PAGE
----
Proprietary Reverse Mortgage Definition

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Proprietary Reverse Mortgage Definition

What Is a Proprietary Reverse Mortgage?

Using a private lender and a bespoke reverse mortgage, older homeowners may access the equity in their properties. They are not federally insured and are not as strictly regulated as home equity conversion mortgages (HECMs).

Only a tiny portion of the reverse mortgage market is made up of proprietary reverse mortgages, and the majority of their clients are homeowners whose houses are worth more than the Federal Housing Administration’s cap (FHA).This ceiling is set at $970,800 for 2022.

Understanding the Proprietary Reverse Mortgage

Because they are often requested by persons who need access to more money than the federally insured reverse mortgage can provide and whose houses are worth more than the cap imposed by the government, proprietary reverse mortgages are sometimes referred to as jumbo reverse mortgages.

They function much the same as the majority of reverse mortgages with HECM insurance. Up to the assessed value of the residence, the homeowner is given a line of credit. They have the option of taking it all at once, setting up a monthly annuity for life, or selecting a series of monthly payments over a period of time. The homeowner may decide. Only when the homeowner or the homeowner’s heirs sell the house does the sum taken be paid back.

The single-purpose reverse mortgage is another variant on the reverse mortgage that limits the homeowner’s withdrawals to paying for certain expenses, generally real estate taxes and house maintenance. There are no such limitations on proprietary reverse mortgages, like the majority of HECM-insured reverse mortgages.

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After the housing bubble broke in 2008, proprietary reverse mortgages disappeared, then reappeared as property values increased. Due to the lack of interest from lenders, they are still rather uncommon. Unlike the market that exists for more traditional mortgages, there isn’t much of a secondary market for private reverse mortgages. Due to the complexity of the products and the fact that they are created expressly for retirees with few other choices for obtaining funding, they are also more vulnerable to frauds than conventional forward mortgages.

Pros and Cons of a Proprietary Reverse Mortgage

Lenders of private reverse mortgages are not subject to regulation, thus they are free to set their own conditions without adhering to FHA guidelines.

These include:

  • They could impose additional or different costs from those on FHA-backed loans.
  • They don’t mandate mortgage insurance for their clients.
  • To ensure that they comprehend the contracts they are signing, their clients are not obliged to go to a counseling session.

Lack of regulation may have both positive and negative effects. Higher mortgage interest rates, extra fees, or both may be assessed by lenders. To make up for the absence of mortgage insurance, they could also lend less money in relation to the value of the house.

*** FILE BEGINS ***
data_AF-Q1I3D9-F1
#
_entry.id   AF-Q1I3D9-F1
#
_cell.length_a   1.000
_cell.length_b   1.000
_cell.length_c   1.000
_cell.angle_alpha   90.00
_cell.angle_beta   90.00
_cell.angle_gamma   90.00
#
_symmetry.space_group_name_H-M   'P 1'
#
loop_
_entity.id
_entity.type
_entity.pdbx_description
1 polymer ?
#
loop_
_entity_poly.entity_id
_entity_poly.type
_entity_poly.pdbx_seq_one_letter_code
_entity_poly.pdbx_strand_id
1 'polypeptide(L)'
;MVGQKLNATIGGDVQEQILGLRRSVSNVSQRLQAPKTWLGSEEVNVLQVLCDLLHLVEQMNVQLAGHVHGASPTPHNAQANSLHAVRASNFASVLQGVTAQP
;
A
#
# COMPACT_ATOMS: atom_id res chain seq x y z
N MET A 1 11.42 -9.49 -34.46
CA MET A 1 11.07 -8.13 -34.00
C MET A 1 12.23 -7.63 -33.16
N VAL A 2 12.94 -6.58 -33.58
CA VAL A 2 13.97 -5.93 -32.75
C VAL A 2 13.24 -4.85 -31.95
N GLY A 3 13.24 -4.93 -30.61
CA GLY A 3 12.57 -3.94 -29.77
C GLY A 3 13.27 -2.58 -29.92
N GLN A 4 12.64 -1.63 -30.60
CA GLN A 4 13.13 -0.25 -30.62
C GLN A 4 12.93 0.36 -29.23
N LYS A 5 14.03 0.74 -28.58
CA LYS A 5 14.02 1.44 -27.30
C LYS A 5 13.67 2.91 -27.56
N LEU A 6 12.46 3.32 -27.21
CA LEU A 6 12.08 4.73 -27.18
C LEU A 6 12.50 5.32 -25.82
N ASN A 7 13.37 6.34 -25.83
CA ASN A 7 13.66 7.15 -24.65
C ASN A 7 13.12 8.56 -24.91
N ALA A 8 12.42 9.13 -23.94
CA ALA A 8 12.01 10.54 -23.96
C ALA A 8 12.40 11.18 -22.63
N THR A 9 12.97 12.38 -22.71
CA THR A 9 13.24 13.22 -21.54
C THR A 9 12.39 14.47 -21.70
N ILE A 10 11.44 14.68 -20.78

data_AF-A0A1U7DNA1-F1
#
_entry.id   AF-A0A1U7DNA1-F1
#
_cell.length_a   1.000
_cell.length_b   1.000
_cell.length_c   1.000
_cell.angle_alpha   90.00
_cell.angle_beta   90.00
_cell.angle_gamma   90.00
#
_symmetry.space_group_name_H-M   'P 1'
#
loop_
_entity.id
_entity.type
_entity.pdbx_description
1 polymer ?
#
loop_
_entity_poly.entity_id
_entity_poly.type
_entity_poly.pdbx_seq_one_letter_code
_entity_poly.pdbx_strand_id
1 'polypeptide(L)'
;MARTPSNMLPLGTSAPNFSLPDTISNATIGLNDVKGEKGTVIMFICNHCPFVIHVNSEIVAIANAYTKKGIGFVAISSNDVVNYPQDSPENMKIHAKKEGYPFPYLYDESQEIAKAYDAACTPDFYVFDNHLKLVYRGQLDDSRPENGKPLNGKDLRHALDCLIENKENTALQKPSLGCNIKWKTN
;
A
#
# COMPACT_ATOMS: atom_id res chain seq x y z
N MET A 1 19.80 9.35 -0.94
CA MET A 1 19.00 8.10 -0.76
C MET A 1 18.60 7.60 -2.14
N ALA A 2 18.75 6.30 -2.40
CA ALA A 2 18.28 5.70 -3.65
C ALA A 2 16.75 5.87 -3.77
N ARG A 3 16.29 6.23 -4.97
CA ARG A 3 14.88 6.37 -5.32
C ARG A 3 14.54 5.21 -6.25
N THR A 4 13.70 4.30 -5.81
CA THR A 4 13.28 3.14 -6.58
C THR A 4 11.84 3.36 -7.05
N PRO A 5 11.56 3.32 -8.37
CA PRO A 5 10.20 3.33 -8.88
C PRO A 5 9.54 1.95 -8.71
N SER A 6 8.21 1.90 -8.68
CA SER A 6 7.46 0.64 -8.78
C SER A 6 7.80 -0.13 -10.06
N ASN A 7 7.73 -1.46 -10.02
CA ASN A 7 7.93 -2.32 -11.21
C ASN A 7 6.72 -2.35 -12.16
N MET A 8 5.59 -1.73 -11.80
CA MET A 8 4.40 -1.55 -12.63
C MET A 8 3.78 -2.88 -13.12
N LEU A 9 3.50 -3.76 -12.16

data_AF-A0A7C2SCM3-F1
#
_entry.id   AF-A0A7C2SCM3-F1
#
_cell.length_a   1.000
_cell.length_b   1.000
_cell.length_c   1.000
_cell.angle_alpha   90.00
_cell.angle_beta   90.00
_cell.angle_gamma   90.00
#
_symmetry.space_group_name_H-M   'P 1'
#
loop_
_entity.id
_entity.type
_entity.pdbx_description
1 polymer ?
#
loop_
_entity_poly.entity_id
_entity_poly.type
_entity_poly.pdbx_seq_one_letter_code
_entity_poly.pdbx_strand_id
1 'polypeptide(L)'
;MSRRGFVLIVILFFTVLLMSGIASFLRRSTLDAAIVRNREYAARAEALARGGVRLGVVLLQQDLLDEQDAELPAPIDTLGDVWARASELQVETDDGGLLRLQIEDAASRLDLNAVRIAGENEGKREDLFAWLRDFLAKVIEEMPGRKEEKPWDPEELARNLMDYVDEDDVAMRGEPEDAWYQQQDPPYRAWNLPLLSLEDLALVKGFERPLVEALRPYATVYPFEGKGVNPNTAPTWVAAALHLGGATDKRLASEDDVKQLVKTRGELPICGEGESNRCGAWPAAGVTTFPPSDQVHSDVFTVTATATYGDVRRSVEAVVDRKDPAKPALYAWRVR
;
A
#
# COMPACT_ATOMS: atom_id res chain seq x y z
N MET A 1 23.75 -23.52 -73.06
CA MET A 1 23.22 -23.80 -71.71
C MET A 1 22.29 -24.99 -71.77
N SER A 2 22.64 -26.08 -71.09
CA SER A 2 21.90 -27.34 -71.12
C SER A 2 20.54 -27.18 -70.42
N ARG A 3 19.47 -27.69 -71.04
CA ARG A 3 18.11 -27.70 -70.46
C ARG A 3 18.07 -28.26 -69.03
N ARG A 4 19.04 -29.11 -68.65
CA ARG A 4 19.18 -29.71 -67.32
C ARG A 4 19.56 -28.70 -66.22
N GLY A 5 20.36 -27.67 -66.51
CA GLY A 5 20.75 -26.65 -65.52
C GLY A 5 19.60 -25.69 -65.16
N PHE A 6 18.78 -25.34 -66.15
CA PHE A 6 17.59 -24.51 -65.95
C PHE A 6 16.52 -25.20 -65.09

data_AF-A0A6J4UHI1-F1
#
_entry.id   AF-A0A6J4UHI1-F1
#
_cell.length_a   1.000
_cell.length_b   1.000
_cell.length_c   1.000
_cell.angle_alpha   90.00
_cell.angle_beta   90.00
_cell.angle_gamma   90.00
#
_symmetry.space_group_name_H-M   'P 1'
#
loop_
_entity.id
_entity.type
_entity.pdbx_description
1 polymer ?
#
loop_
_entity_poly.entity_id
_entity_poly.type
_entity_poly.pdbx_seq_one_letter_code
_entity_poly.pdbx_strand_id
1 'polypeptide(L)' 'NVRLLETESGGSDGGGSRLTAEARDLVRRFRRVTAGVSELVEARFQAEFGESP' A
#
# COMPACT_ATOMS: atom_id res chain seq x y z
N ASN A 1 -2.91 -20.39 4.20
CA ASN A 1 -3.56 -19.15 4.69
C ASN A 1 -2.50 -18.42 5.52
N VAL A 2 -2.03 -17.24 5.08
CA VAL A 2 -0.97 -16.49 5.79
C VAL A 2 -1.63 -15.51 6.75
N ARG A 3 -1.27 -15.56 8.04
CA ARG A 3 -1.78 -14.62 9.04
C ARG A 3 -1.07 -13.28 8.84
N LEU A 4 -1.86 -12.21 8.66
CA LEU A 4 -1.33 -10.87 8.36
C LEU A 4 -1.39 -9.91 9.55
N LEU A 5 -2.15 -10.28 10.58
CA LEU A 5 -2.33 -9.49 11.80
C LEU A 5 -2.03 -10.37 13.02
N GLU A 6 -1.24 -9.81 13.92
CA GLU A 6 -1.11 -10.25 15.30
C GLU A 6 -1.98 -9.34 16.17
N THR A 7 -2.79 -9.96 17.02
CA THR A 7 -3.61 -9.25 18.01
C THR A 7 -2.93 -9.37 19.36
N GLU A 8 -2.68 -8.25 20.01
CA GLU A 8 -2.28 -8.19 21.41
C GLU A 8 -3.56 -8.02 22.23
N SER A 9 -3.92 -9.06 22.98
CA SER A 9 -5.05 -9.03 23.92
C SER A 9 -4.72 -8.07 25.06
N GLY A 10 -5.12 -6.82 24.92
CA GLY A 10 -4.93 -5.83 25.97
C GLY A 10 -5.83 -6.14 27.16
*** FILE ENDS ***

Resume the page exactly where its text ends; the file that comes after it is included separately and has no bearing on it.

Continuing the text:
Other features

Certain aspects of proprietary reverse mortgages may not be found in other reverse mortgages, such as equity-sharing clauses, also known as shared-appreciation clauses.

Paying down the homeowner’s current mortgage to increase monthly cash flow is one use of the income from a proprietary reverse mortgage. The amount a borrower may withdraw during the first year of the reverse mortgage term is not limited with proprietary reverse mortgages, in contrast to HECMs.

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The proprietary reverse mortgage is the less restricted choice in every manner.

Proprietary Reverse Mortgage vs. HECM

Proprietary Reverse Mortgage

Which should you choose?

If a proprietary reverse mortgage is something you’re thinking about, you should examine the interest rates and costs charged by different proprietary reverse mortgage lenders. To determine which choice offers you the greatest bargain, you should compare those quotations to a number of HECM quotes. Alternatives like a home equity loan or a home equity line of credit should also be taken into account (HELOC).

Your age and the amount by which the value of your house exceeds the HECM restrictions may both influence how advantageous this is for you.

The Bottom Line

For those who need a reverse mortgage exceeding the federally backed HECM lending limit, proprietary reverse mortgages are their only choice. A proprietary reverse mortgage, which is less regulated than a HECM or single-purpose reverse mortgage and may have higher costs, is an alternative for people who are under the limit. The mandated counseling session for HECMs is a paid service, however it is not required for proprietary reverse mortgages. But keep in mind that all reverse mortgages are complicated financial instruments, so before taking out one, everyone should think about seeking third-party guidance on the benefits and drawbacks.

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